When I was a kid, I was a sucker for toys that turned into other things. I’m not just talking about Transformers (although the pre-Michael Bay Optimus Prime will always hold a special place in my heart); I’m talking about everything from Popples to those weird McDonald’s Happy Meal toys that transformed from a carton of fries into an action figure with a few twists of their plastic-y limbs. Naturally, then, it probably doesn’t come as a surprise that among the playthings I considered the most essential to my toy box were today’s today's TBT topic: Cupcake Dolls.
If you were born any time before 1989, you probably remember these babies. They may have looked like sweet and delicious cupcakes on the outside, but lurking on the inside was a tiny little woman with a gigantic hat and huge, poofy skirt. When you opened them up, the “wrapper” became the skirt, and the “frosting” became the hat. While they definitely didn’t look enough like cupcakes to fool anyone into trying to eat them, there was no denying the cool factor involved. But Cupcakes didn’t just look cool. They smelled cool, too. Like Cherry Merry Muffin and Strawberry Shortcake, Cupcakes had a place of pride in the “scented doll” genre of toys that was so popular in the ‘80s and ‘90s. Scented toys: Gateway drug? Probably not, but man, did those things smell good.
I had two or three of these suckers. One of them, Beri Blue with her frilly blue skirt and blueberry-adorned hat, came from the “Cutie Fruti” line; another, the hot pink and sparkly Sugar, came from the “Sugar and Shine” collection. I’m pretty sure I had one other “Cutie Fruti” doll — Cherry Chip, who pretty much looked like a non-sequined version of Sugar — but my memory is a little hazy, so maybe I’m making that one up. There were also five other lines to choose from, each with a different aesthetic; the “Candy Sprinkle” dolls had tulle skirts and sprinkled hats, the “Cotton Candy” ones faux fur trim, and the “Tropical Treats” dolls a bright, island-y theme, while the “Princess Parfait” dolls transformed into full parfait cups and the “Jam Pop” dolls squished down into jam jars. I loved these things so. Flippin’. Much. They were like spies. Delicious, pastry-covered spies.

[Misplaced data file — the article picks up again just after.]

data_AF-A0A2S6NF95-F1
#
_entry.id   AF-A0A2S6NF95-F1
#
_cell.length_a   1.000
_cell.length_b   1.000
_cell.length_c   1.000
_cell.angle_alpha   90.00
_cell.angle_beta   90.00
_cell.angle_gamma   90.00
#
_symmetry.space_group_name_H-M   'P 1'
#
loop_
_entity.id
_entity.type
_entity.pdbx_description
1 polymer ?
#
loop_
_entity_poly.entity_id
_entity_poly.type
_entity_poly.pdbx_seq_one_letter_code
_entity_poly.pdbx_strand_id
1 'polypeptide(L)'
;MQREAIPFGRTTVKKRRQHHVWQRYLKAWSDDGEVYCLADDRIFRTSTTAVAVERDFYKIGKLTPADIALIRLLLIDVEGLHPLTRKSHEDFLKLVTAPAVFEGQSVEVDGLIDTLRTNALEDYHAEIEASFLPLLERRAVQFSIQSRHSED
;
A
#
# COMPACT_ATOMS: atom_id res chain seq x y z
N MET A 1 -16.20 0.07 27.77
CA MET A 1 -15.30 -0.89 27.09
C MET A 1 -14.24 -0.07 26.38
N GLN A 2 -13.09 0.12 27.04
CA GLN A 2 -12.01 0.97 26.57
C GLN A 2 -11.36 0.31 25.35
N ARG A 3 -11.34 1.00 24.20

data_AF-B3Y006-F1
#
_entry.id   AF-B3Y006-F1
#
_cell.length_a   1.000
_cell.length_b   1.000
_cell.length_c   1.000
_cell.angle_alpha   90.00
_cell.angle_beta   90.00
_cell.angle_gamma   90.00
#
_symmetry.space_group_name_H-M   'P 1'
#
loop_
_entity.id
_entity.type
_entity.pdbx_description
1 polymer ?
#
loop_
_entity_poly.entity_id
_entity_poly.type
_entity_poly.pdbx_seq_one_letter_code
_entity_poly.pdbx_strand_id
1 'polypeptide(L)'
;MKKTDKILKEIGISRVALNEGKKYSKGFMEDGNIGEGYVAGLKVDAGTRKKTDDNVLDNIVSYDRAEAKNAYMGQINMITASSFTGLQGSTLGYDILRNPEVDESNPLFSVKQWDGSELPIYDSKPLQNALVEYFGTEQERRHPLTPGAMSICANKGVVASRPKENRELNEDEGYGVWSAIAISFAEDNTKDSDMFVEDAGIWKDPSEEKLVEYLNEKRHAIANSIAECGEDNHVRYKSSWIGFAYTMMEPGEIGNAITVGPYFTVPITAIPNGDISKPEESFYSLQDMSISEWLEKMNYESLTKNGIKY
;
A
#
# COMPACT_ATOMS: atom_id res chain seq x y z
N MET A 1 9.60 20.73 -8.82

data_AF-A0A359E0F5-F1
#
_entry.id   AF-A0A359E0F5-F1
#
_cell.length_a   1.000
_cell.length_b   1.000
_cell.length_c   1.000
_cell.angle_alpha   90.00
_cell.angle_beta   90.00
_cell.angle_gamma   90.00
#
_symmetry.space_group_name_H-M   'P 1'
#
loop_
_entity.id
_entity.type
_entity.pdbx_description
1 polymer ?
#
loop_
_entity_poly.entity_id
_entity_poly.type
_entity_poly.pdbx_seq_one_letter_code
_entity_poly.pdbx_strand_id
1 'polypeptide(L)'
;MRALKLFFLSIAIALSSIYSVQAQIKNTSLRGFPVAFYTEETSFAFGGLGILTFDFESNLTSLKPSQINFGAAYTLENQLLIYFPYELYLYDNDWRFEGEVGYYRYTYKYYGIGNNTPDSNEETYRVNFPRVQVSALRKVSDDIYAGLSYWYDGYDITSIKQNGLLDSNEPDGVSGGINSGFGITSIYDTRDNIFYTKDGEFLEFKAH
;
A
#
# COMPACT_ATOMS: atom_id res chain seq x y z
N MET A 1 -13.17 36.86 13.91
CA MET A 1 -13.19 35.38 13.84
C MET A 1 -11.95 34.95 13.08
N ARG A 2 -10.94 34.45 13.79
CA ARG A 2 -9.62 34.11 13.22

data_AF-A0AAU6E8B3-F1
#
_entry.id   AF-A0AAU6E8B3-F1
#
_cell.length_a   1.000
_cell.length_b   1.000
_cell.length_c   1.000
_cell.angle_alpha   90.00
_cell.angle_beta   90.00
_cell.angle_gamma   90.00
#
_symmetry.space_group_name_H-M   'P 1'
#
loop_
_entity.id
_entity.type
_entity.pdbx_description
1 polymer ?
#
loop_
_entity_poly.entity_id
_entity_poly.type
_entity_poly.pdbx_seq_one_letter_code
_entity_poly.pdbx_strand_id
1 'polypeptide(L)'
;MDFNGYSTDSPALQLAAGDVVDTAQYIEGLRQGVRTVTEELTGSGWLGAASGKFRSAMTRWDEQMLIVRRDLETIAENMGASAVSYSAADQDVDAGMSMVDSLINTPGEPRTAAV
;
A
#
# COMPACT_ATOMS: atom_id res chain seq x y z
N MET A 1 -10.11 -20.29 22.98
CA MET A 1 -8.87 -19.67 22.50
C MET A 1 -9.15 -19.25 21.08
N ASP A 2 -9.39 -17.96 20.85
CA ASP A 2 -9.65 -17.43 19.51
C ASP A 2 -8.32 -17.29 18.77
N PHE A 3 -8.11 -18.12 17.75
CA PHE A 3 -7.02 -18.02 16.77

So, here’s a little background information about them: According to a magical site I just discovered called Ghost of the Doll, Cupcakes were first produced by Tonka in 1990, then later by Kenner from 1991 to 1992. The reason for the shift had to do — as is wont to happen — with a business deal: Hasbro bought Tonka in 1991. Tonka had previously acquired Kenner a few years earlier in 1987, so when Hasbro moved in, production for the dolls was shifted over to Kenner. I haven’t been able to find why they originally ceased production, but I did discover something new: There has been not one, but two different attempts to revive them. A company called Fun Source released set of four dolls based on the “Sugar and Shine” collection in 1998; meanwhile, Radica put out six dolls, three each inspired by the “Candy Sprinkles” and “Cutie Fruti” lines, 2005. I haven’t been able to find any pictures of the 1998 dolls, but here’s what the 2005 ones looked like:
That’s Cotton Candy on the left and Blueberry Belle on the right. Personally, I think the details are lacking in the Radica dolls; also, their slack faces and blank expressions kind of wig me out. Maybe that’s just me, though.
These days, you can often find vintage Cupcakes in varying states of decay for sale on eBay. Some of them have been… shall we say, well-loved, while others actually look like they’re in pretty decent condition. They seem to run anywhere from $4.99 to $150, depending on the condition of the doll, whether it’s still in its original packaging, and whether or not it includes a full play set. They may not be big bucks, but still — $134.99 for a plastic doll is nothing to sneeze at. Lesson learned: Don't throw your kids' toys away. You never know what they might be worth someday.